Helen Martin: Smart meters not such a bright idea

Smart meters can't cope with modern lighting technology. Picture: AFP
Smart meters can't cope with modern lighting technology. Picture: AFP
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AROUND six million homes in the UK have had smart meters installed so far, something we’ve all been paying for through fuel bills.

The aim now is for us all to have these misnomer meters. They are not “smart” and their TV promotion ads are misleading.

Instead of saving a household £26 a year (not a fortune) they’re reckoned to only save £11. They thwart customers getting the best deal because they don’t work if the household switches its supplier. These digital little nightmares can fail to give accurate readings if several flats or households occupy one building. They can’t even accurately cope with modern lighting technology or dimmer switches. And of course, the cost of installing them is met by rising bills.

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They are not yet compulsory. But the over-enthusiastic and vulnerable have been daft enough to accept them. Hopefully more and more of us are smart enough to say “no” and the scheme collapses sooner rather than later. In my view it’s a rip-off.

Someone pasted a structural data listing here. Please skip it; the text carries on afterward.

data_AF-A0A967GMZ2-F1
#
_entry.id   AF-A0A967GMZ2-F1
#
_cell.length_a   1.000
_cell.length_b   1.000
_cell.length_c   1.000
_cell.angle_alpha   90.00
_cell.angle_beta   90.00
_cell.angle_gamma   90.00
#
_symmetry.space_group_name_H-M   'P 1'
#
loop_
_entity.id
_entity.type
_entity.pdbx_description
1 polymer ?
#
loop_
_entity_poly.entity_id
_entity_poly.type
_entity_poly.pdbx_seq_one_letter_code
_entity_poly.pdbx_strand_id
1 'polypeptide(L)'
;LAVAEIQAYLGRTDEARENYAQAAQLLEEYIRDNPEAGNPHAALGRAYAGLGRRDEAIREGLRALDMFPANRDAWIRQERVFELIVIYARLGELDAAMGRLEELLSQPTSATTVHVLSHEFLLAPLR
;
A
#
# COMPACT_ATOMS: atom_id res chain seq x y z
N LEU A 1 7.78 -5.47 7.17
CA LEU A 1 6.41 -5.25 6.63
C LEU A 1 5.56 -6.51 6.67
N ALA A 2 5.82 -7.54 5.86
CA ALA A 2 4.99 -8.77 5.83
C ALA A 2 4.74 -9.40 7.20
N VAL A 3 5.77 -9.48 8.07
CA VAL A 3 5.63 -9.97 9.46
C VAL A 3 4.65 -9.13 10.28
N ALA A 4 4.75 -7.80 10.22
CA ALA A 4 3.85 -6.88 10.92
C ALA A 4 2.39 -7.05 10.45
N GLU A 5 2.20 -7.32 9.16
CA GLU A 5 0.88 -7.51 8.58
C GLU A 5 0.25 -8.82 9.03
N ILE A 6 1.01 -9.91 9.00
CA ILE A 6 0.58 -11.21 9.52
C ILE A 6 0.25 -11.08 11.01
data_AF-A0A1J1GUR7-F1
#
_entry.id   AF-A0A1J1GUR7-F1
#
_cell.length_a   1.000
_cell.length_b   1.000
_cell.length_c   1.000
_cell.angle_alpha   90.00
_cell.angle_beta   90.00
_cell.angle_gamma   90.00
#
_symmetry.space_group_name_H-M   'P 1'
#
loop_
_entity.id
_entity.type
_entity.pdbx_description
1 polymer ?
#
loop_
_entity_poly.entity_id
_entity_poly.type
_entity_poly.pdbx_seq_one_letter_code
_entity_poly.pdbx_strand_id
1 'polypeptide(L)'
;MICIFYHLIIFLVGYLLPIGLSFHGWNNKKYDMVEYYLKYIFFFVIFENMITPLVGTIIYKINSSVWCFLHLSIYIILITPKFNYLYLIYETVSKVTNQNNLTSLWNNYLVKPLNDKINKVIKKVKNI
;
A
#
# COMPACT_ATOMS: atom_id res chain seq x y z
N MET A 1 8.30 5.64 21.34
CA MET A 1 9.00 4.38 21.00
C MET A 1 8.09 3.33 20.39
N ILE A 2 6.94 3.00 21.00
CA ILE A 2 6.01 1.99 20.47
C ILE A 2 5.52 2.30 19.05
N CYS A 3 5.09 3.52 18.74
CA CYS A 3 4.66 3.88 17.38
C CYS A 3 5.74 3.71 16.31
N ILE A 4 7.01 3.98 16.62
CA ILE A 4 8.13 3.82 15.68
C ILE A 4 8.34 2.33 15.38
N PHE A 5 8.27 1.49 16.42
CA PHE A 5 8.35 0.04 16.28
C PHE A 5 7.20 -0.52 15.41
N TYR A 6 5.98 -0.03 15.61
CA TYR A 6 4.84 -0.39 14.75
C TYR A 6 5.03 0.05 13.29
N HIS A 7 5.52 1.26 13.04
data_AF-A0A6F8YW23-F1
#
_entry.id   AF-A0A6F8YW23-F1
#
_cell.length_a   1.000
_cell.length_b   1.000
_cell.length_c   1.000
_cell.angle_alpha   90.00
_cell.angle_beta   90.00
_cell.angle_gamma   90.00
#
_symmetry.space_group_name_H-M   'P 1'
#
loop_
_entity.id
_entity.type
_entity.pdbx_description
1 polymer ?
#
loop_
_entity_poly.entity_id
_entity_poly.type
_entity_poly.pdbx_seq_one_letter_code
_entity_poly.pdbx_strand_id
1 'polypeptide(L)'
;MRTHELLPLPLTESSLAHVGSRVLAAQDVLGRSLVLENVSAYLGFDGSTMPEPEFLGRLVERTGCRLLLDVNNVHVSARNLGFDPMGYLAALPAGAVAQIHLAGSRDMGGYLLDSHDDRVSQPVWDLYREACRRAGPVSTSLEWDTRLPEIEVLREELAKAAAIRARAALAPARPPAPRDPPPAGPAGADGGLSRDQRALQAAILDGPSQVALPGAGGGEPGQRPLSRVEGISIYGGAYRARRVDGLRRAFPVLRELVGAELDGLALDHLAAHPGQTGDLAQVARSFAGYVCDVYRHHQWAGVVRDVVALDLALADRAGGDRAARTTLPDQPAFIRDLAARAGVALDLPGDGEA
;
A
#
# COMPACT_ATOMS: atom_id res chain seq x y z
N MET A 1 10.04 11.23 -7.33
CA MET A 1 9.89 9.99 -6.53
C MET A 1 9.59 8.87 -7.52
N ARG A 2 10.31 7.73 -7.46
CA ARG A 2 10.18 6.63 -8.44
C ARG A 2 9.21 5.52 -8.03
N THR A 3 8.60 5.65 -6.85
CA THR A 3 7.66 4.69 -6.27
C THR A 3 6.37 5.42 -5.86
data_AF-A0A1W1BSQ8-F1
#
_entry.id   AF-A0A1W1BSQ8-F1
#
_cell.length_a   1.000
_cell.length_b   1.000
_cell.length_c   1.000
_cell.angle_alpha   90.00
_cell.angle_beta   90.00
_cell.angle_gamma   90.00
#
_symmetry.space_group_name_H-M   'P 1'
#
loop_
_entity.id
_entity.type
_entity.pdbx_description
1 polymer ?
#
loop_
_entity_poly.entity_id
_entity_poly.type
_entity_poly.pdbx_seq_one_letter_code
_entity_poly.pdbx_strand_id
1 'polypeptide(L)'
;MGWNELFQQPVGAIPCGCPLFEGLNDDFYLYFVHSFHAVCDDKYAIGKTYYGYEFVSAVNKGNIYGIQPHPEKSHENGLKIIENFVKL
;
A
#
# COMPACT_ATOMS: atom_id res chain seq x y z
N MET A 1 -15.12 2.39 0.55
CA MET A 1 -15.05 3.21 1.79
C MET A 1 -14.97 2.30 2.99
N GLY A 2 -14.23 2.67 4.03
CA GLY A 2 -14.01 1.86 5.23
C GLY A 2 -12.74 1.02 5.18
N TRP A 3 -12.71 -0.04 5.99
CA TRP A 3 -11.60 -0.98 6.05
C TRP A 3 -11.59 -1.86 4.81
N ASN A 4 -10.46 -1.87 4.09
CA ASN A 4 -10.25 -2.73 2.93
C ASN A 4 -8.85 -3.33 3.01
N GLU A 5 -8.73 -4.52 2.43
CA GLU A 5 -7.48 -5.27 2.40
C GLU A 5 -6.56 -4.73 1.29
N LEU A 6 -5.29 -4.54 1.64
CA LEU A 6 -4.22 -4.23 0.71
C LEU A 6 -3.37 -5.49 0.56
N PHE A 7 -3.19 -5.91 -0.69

Fringe benefits are harder to find these days

THE Fringe ideal is spending a day or two wandering round, buying souvenirs if you’re a tourist, taking in several shows and pausing occasionally for indulgent snacks. Festival life is no longer that simple.

Booking a show in the Pleasance we were told for security reasons we should travel light with no bag, and arrive at the venue 40 minutes to an hour before the performance.

Getting there will take at least 20 minutes each way, which means giving up three hours to see a one-hour show.

Of course, safety comes first. But it’s an example of how terrorist events across the UK affect all our lives. We just have to accept that. The show must go on.

Hands up if you support testing

SOME parents and teachers are complaining about regular tests in schools from primary one, saying they are cruel and stressful for kids. In the late-Fifties our weekly tests were run-of-the-mill and presented as a normal and enjoyable part of learning. What’s the big deal?